Present Danger by Susan Anderson (Zebra, 1993)
Landlord of the building that Aunie Franklin chooses to make her home after leaving her abusive husband. James wants to stay away from any woman with problems and looking to be saved. The moment he meets Aunie he knows she’s in need of a hero, but no matter how hard he tries to stay away, he can’t resist this tiny, big on-attitude Southerner he calls “Magnolia Blossom.”
“He had the go-to-hell eyes of someone who’d seen it all and soft, pale blond hair that receded slightly from his high forehead and was pulled straight back into a short ponytail…the style seemed to suit this one’s face, which was all strong planes and angles….His cheekbones were flat and angular, his teeth were white, and slashing lines cut from the corners of those rebel eyes clear into his lean cheeks.”
All her life, Aunie has been coveted for her good looks. Now she wants to prove there’s more to her than that. She’s left her abusive husband, is going back to school, and isn’t afraid of getting her hands dirty.
One Favorite Scene:
There are tons of sexy love scenes in this book, but one of my favorites is when Aunie and James are pushed to their emotional breaking point:
““What did you call me?” His hands wrapped around her hips and picked her up and stood her on the couch so their eyes were on a more even level.
If he thought she was going to back down, he was crazy. Aunie’s chin jutted toward the ceiling. “A lily-livered…”
“No, after that.” His eyes ran over her from head to foot, taking in everything, missing nothing: her bright eyes, her flushed cheeks, the long, white neck, that T-shirt that had taunted him all afternoon….”Say it to my face.”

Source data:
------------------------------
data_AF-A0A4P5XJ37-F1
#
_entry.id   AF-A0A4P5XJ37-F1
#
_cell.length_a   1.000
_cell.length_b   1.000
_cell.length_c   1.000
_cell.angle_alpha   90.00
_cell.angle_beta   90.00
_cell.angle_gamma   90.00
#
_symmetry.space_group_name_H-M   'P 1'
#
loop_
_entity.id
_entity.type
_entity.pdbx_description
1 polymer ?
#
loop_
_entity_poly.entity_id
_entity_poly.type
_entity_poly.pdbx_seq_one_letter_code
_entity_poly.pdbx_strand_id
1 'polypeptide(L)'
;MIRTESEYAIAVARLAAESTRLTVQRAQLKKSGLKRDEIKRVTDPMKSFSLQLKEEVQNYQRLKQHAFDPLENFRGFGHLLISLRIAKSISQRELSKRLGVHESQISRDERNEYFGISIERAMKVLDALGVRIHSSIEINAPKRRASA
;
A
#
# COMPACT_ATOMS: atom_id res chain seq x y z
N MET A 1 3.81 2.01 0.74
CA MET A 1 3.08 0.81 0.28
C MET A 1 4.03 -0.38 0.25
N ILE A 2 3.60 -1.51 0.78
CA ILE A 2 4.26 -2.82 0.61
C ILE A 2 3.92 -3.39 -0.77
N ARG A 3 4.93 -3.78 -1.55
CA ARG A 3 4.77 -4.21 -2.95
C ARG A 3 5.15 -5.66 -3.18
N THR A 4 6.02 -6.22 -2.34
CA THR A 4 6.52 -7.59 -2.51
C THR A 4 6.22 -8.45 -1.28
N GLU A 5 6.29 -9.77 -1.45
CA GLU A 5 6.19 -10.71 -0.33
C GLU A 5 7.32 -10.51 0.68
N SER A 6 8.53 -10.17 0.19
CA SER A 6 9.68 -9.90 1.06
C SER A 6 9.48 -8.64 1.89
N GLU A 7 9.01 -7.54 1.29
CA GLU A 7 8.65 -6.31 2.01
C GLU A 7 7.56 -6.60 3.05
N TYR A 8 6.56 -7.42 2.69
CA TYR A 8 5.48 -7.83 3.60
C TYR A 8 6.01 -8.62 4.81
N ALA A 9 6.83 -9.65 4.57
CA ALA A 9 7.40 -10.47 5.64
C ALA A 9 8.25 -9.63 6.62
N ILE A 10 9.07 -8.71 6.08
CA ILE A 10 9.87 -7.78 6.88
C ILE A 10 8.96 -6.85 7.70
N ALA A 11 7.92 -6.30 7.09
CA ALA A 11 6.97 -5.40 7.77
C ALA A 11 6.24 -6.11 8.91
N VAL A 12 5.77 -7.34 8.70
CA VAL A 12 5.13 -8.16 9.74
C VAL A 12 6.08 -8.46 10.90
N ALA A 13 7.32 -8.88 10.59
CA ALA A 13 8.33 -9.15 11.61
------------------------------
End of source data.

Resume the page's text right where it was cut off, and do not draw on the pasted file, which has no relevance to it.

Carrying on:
“I said it to your face the first time, you big blond baboon. You think you’re a stud, but you’re only a…umm…”
James’s long fingers had tangled in her hair and his mouth cut off her words. He wanted to force her to eat her words, literally, but then he tasted her mouth under his, felt her bare arms wrap around his neck, felt her body plaster itself up against his, and his brain short-circuited, all coherent thought erased.”
James and Aunie are complete opposites in background, personality, and physical characteristics. The journey they take before realizing they are meant to be with one another is one of the sexiest and most heart-warming stories I’ve read.
When Aunie is threatened by the return of her ex-husband, James decides he’s going to “take her in hand”—by installing a security system in her apartment and teaching her how to take care of herself. The whole time, he tries to keep his hands off her, afraid that he’s not good enough for her. Aunie has other ideas. She taunts him until he can’t resist her, but when he wakes in the morning to find her covered with hickeys and splotchy red scrapes from his heavy morning beard, he’s sure it proves he’s “a slum-born animal, incapable of the finer graces she no doubt expected from a man.” The beauty of Anderson’s characters is that each one is capable of so much more than they think they are, and it’s through their relationship they discover this.
QUESTION OF THE DAY?
What do you think of hickeys? Tacky or sexy?
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I was talking to Dave, a friend of mine yesterday about whether the goal of getting published is something people want in and of itself or in order to validate themselves.
To validate oneself is to declare or make something legally valid.